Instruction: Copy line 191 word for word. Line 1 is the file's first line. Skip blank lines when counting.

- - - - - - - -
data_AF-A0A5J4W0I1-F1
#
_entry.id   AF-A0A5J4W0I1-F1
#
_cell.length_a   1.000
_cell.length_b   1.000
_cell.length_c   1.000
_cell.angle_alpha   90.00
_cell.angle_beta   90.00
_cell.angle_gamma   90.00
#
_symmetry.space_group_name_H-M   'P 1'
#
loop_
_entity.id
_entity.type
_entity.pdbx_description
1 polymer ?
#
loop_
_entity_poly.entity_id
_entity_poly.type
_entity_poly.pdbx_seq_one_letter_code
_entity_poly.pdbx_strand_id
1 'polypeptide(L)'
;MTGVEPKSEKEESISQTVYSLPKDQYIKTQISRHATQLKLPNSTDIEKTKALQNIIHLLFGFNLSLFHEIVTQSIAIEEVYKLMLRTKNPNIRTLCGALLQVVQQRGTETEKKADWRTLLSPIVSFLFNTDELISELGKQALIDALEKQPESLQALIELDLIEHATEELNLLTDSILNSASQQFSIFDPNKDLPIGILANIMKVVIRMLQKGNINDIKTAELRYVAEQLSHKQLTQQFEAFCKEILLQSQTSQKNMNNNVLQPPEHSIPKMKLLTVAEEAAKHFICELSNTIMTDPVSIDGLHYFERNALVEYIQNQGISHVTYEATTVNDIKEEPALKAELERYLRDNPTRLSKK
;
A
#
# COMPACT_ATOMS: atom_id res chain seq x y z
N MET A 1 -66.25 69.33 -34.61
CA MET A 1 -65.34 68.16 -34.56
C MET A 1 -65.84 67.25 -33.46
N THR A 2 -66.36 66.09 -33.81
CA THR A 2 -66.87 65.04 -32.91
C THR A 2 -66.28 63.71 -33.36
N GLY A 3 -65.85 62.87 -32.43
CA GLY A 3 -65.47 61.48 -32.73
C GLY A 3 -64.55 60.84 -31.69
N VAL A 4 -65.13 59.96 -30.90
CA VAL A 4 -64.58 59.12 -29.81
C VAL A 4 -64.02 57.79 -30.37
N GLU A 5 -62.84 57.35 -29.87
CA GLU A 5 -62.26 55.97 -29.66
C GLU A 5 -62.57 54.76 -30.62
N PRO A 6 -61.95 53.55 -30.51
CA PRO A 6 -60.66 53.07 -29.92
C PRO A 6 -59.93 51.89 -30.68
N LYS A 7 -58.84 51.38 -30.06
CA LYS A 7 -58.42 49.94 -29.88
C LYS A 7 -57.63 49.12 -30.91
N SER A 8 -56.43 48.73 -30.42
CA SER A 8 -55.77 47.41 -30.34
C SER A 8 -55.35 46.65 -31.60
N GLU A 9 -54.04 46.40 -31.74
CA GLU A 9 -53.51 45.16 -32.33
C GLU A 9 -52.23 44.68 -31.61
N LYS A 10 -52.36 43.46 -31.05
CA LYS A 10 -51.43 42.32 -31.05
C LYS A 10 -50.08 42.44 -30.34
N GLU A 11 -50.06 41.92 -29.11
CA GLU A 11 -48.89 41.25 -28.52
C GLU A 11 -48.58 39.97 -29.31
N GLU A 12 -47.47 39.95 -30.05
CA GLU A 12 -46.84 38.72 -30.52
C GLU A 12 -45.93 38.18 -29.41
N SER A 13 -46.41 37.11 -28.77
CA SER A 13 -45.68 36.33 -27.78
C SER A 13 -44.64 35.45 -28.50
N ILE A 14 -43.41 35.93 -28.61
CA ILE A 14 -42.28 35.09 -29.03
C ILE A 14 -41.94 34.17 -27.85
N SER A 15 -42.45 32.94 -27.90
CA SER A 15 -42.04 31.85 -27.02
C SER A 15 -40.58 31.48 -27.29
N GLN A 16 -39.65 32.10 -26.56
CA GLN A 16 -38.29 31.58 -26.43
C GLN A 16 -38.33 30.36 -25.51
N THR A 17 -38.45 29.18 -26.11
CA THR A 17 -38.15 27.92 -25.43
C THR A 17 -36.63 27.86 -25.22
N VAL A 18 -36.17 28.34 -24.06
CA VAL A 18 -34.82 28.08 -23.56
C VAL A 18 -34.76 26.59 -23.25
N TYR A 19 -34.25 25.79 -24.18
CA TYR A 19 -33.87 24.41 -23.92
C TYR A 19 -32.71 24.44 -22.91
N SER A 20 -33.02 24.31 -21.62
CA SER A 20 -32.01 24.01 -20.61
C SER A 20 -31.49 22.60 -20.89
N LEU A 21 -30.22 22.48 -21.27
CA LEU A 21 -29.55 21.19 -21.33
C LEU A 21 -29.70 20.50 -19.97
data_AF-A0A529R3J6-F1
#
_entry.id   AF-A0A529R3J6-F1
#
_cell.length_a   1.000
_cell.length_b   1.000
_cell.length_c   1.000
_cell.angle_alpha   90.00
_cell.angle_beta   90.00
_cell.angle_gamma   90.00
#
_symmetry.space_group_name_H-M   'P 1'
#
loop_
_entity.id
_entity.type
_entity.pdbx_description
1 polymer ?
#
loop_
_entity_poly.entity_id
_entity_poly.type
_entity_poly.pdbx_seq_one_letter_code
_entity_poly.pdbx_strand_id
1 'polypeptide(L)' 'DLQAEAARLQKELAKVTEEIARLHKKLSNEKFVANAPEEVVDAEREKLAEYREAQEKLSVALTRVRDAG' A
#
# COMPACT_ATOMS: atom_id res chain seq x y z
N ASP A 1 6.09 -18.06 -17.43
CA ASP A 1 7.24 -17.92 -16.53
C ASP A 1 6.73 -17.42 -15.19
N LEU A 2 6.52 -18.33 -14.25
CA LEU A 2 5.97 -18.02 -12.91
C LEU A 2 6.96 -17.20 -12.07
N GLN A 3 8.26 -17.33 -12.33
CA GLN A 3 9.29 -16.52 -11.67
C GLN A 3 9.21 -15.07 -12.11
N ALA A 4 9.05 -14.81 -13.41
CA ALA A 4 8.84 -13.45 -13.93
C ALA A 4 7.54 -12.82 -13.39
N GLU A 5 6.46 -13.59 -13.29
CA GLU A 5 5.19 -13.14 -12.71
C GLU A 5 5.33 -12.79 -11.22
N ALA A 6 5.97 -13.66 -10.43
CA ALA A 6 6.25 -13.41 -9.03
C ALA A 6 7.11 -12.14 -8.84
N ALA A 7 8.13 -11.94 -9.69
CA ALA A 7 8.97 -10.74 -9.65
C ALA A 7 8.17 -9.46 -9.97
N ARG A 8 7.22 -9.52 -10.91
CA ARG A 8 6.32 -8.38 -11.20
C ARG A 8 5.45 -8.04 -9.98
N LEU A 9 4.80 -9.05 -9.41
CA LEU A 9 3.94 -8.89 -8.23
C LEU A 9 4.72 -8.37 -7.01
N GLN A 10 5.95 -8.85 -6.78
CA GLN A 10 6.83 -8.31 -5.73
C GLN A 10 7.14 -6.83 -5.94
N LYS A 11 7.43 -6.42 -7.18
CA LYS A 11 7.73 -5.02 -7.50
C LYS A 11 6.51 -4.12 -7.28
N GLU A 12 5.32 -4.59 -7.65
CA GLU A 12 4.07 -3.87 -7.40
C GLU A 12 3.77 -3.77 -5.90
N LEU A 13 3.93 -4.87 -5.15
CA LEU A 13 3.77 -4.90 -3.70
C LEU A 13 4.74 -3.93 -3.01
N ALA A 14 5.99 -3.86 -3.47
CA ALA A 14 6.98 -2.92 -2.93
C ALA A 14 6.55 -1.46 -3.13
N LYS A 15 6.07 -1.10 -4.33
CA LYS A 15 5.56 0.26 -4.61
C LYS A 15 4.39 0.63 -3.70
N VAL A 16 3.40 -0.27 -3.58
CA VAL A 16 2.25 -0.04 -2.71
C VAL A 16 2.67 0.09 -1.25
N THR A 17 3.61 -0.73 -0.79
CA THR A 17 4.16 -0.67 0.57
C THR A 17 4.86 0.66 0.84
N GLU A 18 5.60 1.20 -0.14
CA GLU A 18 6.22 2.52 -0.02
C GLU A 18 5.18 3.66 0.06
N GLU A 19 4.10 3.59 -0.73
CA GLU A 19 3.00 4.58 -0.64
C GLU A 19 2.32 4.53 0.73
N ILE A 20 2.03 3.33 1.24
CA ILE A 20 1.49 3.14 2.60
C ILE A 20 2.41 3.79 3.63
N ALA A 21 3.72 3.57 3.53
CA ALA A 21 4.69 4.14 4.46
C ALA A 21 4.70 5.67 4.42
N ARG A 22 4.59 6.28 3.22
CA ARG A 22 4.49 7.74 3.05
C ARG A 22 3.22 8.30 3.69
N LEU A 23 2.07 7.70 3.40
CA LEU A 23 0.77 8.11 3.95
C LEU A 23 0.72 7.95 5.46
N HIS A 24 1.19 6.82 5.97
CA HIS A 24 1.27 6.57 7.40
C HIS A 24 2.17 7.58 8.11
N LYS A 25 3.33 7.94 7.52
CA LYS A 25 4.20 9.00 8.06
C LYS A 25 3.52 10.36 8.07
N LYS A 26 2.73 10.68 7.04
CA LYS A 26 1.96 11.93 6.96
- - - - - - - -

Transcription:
CA HIS A 24 1.27 6.57 7.40